Another tent part that we should consider is its skin — the fabric. Most camping tents use strong but lightweight nylon. Some bigger tents use coated polyester or cotton poplin canvas, which is heavier. Polyester’s advantage is that it can withstand extended exposure to sunlight. Nylon, however is of lighter weight, while a canvas fabric is durable but heavy.

Polyurethane (PU) is a coating sometimes used on tent fabric for water protection. PU coatings are rated in MM (millimeters), for example “PU coated to 450 mm”; a higher MM coating will increase water resistance.

The Skeletal and Respiratory Framework

Now that you’ve come to know the physical aspects of a tent, you also need to get to know its skeletal framework.

So you have chosen a nice spot for your tent. Your tent floors are intact, your seams are okay, your fabric is durable but when the elements of nature emerge their powers, your tent might collapse and you could find yourself drenched in a storm. You wouldn’t want to be caught up in this situation, believe me! So you might be asking, anything else I missed? Maybe you haven’t checked your poles! The tent poles are the skeletal framework of your tent. Without it, all the time that you have taken to select the right materials will be useless. The following are the different kinds of poles to suit your tent needs:

• Steel – used in more expensive technical tents. Steel poles are very strong and flexible. They are very useful when you are camping in areas where the wind is very strong or when your tent is bound to be challenged with the forces of nature.

• Aluminum – standard for high-end tents. Aluminum poles are lightweight, strong and great for backpackers. The very important factor in this type of pole is that it is lightweight. While it is light, these tent poles are preferred because of their strength and durability. However aluminum poles break, they can be splinted together to a usable state. To summarize, aluminum tent poles are flexible, light and can withstand the cold.

• Fiberglass – this kind of tent pole is less strong so thicker and heavier poles are needed to achieve the same strength. This is a less expensive option. Fiberglass tent poles do not require pre-bending and do not have lots of special attachments. When folded, it can give you a better packing size. However, they are easily affected by cold weather and these tent poles start to crack in very cold temperature.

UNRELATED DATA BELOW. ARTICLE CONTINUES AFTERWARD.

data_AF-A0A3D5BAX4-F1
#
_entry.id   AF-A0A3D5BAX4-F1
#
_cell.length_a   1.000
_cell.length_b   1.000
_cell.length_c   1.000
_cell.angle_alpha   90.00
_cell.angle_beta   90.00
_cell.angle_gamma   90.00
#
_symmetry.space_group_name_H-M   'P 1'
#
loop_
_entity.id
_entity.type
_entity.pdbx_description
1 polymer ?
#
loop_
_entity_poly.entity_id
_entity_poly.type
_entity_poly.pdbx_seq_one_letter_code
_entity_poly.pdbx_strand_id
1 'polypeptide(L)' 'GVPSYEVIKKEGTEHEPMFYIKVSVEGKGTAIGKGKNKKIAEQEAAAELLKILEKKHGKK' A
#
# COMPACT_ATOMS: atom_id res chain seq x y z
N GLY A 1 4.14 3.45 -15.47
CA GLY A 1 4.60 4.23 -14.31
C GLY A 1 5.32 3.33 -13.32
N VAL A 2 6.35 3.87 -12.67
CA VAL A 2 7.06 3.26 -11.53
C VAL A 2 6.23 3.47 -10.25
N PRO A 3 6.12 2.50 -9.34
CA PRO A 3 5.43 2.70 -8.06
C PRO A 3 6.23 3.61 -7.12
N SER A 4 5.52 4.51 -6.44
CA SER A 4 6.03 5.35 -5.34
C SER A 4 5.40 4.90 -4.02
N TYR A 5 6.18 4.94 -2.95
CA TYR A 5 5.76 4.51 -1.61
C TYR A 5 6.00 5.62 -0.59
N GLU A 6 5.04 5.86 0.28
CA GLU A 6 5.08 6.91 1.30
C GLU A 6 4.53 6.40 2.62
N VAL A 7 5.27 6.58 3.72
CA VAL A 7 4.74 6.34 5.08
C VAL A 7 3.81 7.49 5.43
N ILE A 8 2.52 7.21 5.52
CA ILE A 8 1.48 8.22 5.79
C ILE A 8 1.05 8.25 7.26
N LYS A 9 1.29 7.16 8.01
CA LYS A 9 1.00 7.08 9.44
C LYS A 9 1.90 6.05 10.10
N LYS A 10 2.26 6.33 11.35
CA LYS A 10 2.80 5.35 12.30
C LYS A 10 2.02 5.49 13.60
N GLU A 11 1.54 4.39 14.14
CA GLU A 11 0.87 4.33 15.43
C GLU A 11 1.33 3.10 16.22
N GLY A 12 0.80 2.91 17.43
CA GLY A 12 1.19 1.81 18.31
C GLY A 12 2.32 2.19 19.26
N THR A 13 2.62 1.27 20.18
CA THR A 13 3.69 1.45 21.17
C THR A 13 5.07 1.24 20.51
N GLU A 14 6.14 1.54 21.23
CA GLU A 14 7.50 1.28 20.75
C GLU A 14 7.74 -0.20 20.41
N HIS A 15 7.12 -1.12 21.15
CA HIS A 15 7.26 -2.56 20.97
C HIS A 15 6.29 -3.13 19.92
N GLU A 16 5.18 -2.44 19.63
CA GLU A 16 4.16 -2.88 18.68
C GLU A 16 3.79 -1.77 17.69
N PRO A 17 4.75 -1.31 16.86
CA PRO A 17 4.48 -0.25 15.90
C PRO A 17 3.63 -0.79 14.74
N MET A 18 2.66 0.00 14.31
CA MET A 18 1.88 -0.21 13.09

Both aluminum and fiberglass tent poles are mostly hollow and are linked often by long elastic cords. These are known as “shock-corded” poles, which allow the user to merely snap the poles into shape rather than piece them together.

Now that you understand the skeletal framework of your tent, you have to understand the respiratory aspects as well. A tent has some respiratory aspects? Why, yes! Now you may find yourself waking up in the middle of your sleep with your tent wet, even when it’s not raining or you have sealed your tent tight. Waking up wet or getting dripped on during your sleep won’t make for a happy camping experience. If you didn’t choose a tent with weather resistant fabric, it could mean that you need to waterproof your tent. While you are protecting yourself from the external moisture by seam-sealing and waterproofing your tent, you also have to consider that your body circulates air throughout the tent i.e., your perspiration, breathing, etc. This internal moisture condenses on the inside of your tent fabrics, on top of your sleeping bag or the tent floor. Most tents available provide a roof vent or door screens. Preventing the condensation build-up requires you to open the provided roof vents or open a door or window partially. This helps you have a slight breeze that will help remove body moisture and prevent unwanted condensation.

How to choose a camping tent can be a big task. While there are a lot of considerations, you will be very thankful in the end. You get to enjoy nature at its very best. You get to gaze at the stars without being cold, and get a good night’s sleep in the fresh air, even if you are far away from home. Consider your camping tent choice an investment of your time, money and effort. By choosing your tent carefully, you are laying a strong foundation for years of enjoyable camping experiences.